The Centre’ has done well to ramp up its scrutiny under the Prevention of Money Laundering Act of practising chartered accountants, company secretaries and cost accountants. Under this, their real-time reporting responsibilities on five main categories of specified activities, undertaken by them on behalf of their clients, have been spelt out. The five activities listed out in the latest PMLA notification are: buying and selling of any immovable property; managing of client money, securities or assets; management of bank, savings or securities accounts; managing the creation, operation or management of companies and LLPs; and buying and selling of entities. This could cover a wide gamut of transactions undertaken by these professionals.

There have been many provocations for this move. First and foremost is the requirement to align the country with the recommendations of the Financial Action Task Force (FATF), meant to combat money laundering and terrorist financing. The FATF is expected to review India’s performance later this year in introducing policies to combat this global scourge. However, the latest directive has left out lawyers, notaries and independent legal practitioners from reporting obligations under the five heads mentioned above, despite its being suggested by the FATF rules. There is every reason to believe that accountants and lawyers are equally complicit in devising various money laundering methods, such as creating a maze of shell companies and complex legal structures to obfuscate the money trail. However, the PMLA reporting obligation extends to casino operators, crypto players, real estate agents and dealers in precious metals. Second, the mushrooming of fly-by-night Chinese apps in the fintech space has been abetted and aided by accountants acting as a front for them and directly managing their monies.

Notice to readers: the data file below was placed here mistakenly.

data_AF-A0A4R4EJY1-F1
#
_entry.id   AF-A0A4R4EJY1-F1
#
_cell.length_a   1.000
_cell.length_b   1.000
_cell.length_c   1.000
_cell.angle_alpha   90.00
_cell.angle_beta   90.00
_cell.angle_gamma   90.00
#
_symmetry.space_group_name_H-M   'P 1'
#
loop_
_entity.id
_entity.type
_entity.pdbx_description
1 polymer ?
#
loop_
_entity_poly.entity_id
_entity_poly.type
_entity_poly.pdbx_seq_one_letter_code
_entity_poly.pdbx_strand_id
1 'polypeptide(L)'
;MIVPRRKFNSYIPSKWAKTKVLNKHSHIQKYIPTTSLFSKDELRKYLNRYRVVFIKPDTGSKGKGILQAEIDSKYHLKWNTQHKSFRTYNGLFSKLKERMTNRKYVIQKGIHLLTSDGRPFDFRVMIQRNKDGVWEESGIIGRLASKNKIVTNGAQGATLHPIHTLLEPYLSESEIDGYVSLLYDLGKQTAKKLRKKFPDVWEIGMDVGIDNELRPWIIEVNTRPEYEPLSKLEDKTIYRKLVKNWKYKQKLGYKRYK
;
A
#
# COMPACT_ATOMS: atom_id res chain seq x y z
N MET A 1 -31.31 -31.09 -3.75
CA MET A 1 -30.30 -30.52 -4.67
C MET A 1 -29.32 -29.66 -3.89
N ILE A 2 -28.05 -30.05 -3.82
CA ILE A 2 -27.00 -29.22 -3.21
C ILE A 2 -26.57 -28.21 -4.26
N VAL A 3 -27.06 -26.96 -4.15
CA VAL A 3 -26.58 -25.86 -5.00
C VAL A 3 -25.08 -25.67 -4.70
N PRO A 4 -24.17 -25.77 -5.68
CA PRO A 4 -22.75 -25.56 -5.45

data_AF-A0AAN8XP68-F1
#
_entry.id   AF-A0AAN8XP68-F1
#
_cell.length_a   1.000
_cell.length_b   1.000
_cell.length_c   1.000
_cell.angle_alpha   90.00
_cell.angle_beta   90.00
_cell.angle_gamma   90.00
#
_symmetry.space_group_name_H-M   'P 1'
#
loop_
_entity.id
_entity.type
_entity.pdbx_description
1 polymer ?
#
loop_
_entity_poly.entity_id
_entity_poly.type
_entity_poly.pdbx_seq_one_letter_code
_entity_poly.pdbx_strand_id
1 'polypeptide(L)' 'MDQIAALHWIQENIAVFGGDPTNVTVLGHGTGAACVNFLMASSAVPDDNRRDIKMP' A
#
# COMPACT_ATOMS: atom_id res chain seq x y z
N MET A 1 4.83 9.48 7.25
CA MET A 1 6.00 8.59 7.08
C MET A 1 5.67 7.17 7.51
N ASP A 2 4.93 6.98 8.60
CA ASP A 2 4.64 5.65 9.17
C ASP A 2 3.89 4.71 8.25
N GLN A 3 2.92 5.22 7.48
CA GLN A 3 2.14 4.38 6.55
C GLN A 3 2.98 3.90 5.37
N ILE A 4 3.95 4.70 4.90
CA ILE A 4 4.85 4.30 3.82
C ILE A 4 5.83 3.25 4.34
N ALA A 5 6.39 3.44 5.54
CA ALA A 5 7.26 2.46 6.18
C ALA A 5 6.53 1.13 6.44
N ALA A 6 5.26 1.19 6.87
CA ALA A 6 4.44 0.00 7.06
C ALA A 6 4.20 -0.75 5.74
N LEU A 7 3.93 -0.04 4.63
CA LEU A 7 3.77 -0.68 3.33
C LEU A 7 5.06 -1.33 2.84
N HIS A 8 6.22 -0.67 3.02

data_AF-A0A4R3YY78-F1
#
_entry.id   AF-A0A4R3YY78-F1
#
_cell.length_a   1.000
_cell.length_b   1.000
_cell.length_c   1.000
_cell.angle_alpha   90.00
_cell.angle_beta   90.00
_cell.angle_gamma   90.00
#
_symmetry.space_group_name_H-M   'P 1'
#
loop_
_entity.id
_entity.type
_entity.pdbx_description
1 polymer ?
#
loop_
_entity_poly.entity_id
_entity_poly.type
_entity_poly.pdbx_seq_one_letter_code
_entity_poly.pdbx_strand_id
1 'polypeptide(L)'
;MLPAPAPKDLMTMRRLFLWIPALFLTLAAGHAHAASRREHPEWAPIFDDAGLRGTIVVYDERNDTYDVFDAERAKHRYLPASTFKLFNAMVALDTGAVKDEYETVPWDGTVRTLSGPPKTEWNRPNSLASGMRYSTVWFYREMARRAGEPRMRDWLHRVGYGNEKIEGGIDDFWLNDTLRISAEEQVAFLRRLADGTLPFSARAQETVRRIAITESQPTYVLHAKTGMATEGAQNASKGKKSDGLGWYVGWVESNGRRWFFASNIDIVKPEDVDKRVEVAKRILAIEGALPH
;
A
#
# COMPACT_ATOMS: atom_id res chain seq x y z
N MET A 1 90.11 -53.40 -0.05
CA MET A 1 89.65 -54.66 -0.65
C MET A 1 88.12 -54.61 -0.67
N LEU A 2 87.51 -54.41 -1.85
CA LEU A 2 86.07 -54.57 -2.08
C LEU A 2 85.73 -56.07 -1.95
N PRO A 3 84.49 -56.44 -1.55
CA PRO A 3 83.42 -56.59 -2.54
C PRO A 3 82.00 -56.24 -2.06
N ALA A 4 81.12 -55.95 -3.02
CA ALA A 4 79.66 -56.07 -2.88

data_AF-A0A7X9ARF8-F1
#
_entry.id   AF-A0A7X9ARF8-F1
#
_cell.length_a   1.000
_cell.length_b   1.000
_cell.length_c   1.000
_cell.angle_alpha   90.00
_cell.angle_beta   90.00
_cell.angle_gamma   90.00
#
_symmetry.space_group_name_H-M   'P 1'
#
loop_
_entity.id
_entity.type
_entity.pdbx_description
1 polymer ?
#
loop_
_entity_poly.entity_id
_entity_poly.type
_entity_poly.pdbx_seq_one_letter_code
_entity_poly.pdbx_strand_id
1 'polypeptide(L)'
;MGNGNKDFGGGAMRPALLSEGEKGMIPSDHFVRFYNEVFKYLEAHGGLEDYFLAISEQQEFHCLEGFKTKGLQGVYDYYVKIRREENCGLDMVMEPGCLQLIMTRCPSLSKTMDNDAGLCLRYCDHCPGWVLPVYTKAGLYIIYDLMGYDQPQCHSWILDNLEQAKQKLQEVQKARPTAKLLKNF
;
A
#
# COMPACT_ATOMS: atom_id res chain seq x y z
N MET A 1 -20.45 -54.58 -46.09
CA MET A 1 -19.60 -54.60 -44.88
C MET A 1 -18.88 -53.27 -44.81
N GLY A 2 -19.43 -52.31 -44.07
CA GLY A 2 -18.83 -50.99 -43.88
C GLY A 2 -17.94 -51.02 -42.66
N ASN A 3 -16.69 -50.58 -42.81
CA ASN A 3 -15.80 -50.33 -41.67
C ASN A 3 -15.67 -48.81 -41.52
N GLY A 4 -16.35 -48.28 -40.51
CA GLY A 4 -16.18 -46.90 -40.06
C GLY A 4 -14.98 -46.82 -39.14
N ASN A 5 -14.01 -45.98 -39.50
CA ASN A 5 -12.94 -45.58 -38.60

India is taking the lead on reining in professional enablers vis-a-vis even the developed countries, leave alone nations such as Pakistan and Panama. It is to be hoped that stringent, almost- real-time reporting requirements will help uncover nefarious practices such as round-tripping through shell companies in obscure jurisdictions, the fallout of which could be tax evasion, market manipulation and in some cases cross-border terrorist financing.

The PMLA has been under the scanner for its powers of overreach, with the Supreme Court last year making certain observations against its use for relatively minor offences. This should be avoided, to ensure that India does not suffer a reputation hit on account of ease of doing business. That said, the penalty for non-reporting per se can attract a stringent fine, but not other criminal consequences. The spotlight on the accounting and legal fraternity brings into focus the role of their self-regulatory bodies. The Institute of Chartered Accountants of India has been less than transparent in its disciplinary actions in cases of professional misconduct. The onus will be on it aswell to mend its ways.